Book - Puha

Puha

We are huge supporters of independent writing and production and have partnered with Self Publisher's Showcase to read and review all the books on their shelves. Susan Omand reads Puha by J Bradley Van Tighem...

I am a bit of a history buff and I really enjoy Celtic folk tales and Norse sagas, so was intrigued by the thought of a similar style of stories based around the Native Americans of the 1700’s.

Puha, the first in a series of books called The Master of the Wild, centres around two main characters. The first is Many Wolves, a young white boy whose parents are killed in a raid and who grows up as part of the Lipan Apaches, learning the ways of the tribe before setting forth on his own, with only his dog and three Wolf Hawks for company until he meets a stranger who is to become a friend. The second is Laughing Crow, fearless leader of the raiding party of Nokoni Comanche that killed Many Wolves parents and intent on gathering as much land, horses and slaves as he can muster. Their stories intertwine along the way, first with the raiding party where Many Wolves parents are killed, then on to the event that leads to Many Wolves to flee his own tribe for the safety of all and on, years later, to a final confrontation borne out of murder and revenge.

This is not a quick read but is a completely immersing book. Richly described environments and wonderful characterisation make it easy to lose several hours at a time in the Texan deserts. The story itself, although not all action, has enough going on to drive the narrative forward while still retaining a high level of detail that make it play out like a film in your head. I enjoyed following the story of Many Wolves more, from him growing up in the tribe and getting his new name to training his hawks and venturing forth on his own, finding friends and mentors along the way. It is a fascinating insight into a cultural background I don’t know a lot about but everything written feels well researched so is believable. Having said that, the backstory of Laughing Crow is also essential to the book as it charts his resurgence to power, after banishment from his own tribe, through his raids and battles while still managing to bring out his humanity, both the good and the bad, as he deals with his new band, which was particularly evident with the deaths, first of a close friend’s family and then of one of his own. The lead up to the final showdown between the two was incredibly well written. From the first of the killings until the endgame was evident, the tension and suspense built at every step as you wondered about everyone’s safety next move.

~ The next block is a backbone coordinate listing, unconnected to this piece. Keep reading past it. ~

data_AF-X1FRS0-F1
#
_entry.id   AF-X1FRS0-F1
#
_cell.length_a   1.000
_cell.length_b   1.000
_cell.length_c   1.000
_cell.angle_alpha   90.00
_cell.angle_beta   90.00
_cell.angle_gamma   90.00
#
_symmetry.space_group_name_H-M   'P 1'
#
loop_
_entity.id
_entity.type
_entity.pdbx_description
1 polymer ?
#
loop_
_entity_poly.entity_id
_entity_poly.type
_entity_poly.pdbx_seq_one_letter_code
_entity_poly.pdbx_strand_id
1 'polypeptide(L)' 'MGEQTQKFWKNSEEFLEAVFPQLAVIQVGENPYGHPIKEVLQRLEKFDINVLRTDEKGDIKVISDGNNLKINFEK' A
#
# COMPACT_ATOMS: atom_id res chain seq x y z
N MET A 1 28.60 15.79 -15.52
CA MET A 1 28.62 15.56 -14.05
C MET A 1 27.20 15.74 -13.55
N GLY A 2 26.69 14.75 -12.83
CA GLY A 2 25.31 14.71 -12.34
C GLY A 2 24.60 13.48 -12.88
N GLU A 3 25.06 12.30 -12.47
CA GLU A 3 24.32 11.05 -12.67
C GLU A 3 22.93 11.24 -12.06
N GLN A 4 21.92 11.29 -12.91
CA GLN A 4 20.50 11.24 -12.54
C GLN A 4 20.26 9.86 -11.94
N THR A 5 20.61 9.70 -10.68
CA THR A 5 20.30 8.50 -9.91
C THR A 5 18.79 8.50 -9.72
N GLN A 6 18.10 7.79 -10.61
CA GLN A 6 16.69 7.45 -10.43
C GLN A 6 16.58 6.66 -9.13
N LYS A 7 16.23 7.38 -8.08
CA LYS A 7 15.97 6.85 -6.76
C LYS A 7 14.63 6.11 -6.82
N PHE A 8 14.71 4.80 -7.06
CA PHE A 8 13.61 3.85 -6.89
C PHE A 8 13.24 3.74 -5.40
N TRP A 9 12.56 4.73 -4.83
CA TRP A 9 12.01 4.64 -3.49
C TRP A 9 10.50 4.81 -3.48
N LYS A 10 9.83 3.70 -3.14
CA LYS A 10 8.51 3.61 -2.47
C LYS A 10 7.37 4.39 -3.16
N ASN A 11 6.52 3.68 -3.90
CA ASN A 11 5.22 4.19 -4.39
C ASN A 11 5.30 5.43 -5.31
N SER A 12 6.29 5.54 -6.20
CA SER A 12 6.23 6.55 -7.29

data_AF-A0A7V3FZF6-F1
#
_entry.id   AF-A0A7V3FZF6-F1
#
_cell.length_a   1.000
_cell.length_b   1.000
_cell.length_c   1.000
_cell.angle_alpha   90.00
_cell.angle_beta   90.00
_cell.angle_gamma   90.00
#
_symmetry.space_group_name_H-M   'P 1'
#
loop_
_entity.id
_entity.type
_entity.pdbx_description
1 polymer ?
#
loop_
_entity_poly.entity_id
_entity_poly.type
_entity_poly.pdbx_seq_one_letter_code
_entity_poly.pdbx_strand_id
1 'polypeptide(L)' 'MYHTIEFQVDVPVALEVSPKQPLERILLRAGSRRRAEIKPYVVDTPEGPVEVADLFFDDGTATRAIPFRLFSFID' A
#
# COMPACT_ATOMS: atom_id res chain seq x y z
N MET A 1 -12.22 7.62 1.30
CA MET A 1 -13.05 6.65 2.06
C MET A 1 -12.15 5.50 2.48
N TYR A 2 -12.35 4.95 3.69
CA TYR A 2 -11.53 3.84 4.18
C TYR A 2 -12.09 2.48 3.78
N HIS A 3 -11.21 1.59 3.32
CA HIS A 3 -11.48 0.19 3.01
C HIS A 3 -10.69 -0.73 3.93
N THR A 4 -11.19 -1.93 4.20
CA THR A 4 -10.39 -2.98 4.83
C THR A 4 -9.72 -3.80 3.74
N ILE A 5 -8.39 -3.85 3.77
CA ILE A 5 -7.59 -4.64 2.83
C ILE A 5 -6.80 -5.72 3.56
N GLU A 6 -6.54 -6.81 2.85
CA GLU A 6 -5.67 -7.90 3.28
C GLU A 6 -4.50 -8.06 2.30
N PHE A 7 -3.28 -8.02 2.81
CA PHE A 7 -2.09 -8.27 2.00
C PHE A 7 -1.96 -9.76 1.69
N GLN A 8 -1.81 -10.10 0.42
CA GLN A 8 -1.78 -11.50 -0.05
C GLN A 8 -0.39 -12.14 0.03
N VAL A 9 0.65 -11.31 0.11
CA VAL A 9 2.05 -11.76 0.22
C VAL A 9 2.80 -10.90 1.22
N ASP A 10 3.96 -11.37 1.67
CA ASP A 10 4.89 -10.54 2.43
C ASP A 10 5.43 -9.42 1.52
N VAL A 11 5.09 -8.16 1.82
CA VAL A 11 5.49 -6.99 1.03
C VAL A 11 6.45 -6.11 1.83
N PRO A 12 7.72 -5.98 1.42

As I said this is not a quick book to read but if you are keen on folk tales, exploring the traditions of the Native Americans at that time in history, or even just a really good coming of age story, it is definitely worth the effort.

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